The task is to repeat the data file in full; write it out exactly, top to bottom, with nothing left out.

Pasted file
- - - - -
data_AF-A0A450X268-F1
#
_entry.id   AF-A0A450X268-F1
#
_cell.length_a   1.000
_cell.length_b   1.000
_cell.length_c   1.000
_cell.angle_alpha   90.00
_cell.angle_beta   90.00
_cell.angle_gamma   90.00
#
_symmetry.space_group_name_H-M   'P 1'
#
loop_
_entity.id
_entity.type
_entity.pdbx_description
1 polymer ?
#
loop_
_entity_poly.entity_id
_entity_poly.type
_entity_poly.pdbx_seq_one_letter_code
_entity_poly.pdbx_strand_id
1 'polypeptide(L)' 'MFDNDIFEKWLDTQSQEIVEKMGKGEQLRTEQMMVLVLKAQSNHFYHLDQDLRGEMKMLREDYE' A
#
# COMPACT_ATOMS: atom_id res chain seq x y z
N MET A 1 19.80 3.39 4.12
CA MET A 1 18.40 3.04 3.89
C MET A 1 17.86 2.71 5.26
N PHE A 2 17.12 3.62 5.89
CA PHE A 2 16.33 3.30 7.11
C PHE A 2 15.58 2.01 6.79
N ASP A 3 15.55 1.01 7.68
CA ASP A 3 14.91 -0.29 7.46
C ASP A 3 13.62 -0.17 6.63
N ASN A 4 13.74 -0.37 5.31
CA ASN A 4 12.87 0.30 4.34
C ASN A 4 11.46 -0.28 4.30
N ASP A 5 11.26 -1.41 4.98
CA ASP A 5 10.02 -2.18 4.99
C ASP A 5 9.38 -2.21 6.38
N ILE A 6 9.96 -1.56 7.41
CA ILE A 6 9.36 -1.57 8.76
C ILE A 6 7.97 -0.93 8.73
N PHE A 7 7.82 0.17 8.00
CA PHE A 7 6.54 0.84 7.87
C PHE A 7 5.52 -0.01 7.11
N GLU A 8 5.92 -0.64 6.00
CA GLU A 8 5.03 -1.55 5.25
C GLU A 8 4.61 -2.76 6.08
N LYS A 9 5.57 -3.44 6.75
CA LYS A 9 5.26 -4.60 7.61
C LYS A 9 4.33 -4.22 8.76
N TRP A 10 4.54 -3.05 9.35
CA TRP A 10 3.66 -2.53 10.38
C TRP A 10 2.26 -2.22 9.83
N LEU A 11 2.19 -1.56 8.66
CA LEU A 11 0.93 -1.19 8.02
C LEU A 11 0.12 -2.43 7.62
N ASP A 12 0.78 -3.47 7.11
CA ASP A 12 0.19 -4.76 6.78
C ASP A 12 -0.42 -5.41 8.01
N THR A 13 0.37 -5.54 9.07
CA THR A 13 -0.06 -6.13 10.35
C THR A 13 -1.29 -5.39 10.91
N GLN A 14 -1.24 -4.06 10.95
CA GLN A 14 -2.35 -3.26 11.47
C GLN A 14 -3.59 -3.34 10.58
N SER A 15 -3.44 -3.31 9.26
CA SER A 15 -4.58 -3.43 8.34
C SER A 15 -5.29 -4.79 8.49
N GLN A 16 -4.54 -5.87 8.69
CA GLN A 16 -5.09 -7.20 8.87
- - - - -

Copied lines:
data_AF-A0A450X268-F1
#
_entry.id   AF-A0A450X268-F1
#
_cell.length_a   1.000
_cell.length_b   1.000
_cell.length_c   1.000
_cell.angle_alpha   90.00
_cell.angle_beta   90.00
_cell.angle_gamma   90.00
#
_symmetry.space_group_name_H-M   'P 1'
#
loop_
_entity.id
_entity.type
_entity.pdbx_description
1 polymer ?
#
loop_
_entity_poly.entity_id
_entity_poly.type
_entity_poly.pdbx_seq_one_letter_code
_entity_poly.pdbx_strand_id
1 'polypeptide(L)' 'MFDNDIFEKWLDTQSQEIVEKMGKGEQLRTEQMMVLVLKAQSNHFYHLDQDLRGEMKMLREDYE' A
#
# COMPACT_ATOMS: atom_id res chain seq x y z
N MET A 1 19.80 3.39 4.12
CA MET A 1 18.40 3.04 3.89
C MET A 1 17.86 2.71 5.26
N PHE A 2 17.12 3.62 5.89
CA PHE A 2 16.33 3.30 7.11
C PHE A 2 15.58 2.01 6.79
N ASP A 3 15.55 1.01 7.68
CA ASP A 3 14.91 -0.29 7.46
C ASP A 3 13.62 -0.17 6.63
N ASN A 4 13.74 -0.37 5.31
CA ASN A 4 12.87 0.30 4.34
C ASN A 4 11.46 -0.28 4.30
N ASP A 5 11.26 -1.41 4.98
CA ASP A 5 10.02 -2.18 4.99
C ASP A 5 9.38 -2.21 6.38
N ILE A 6 9.96 -1.56 7.41
CA ILE A 6 9.36 -1.57 8.76
C ILE A 6 7.97 -0.93 8.73
N PHE A 7 7.82 0.17 8.00
CA PHE A 7 6.54 0.84 7.87
C PHE A 7 5.52 -0.01 7.11
N GLU A 8 5.92 -0.64 6.00
CA GLU A 8 5.03 -1.55 5.25
C GLU A 8 4.61 -2.76 6.08
N LYS A 9 5.57 -3.44 6.75
CA LYS A 9 5.26 -4.60 7.61
C LYS A 9 4.33 -4.22 8.76
N TRP A 10 4.54 -3.05 9.35
CA TRP A 10 3.66 -2.53 10.38
C TRP A 10 2.26 -2.22 9.83
N LEU A 11 2.19 -1.56 8.66
CA LEU A 11 0.93 -1.19 8.02
C LEU A 11 0.12 -2.43 7.62
N ASP A 12 0.78 -3.47 7.11
CA ASP A 12 0.19 -4.76 6.78
C ASP A 12 -0.42 -5.41 8.01
N THR A 13 0.37 -5.54 9.07
CA THR A 13 -0.06 -6.13 10.35
C THR A 13 -1.29 -5.39 10.91
N GLN A 14 -1.24 -4.06 10.95
CA GLN A 14 -2.35 -3.26 11.47
C GLN A 14 -3.59 -3.34 10.58
N SER A 15 -3.44 -3.31 9.26
CA SER A 15 -4.58 -3.43 8.34
C SER A 15 -5.29 -4.79 8.49
N GLN A 16 -4.54 -5.87 8.69
CA GLN A 16 -5.09 -7.20 8.87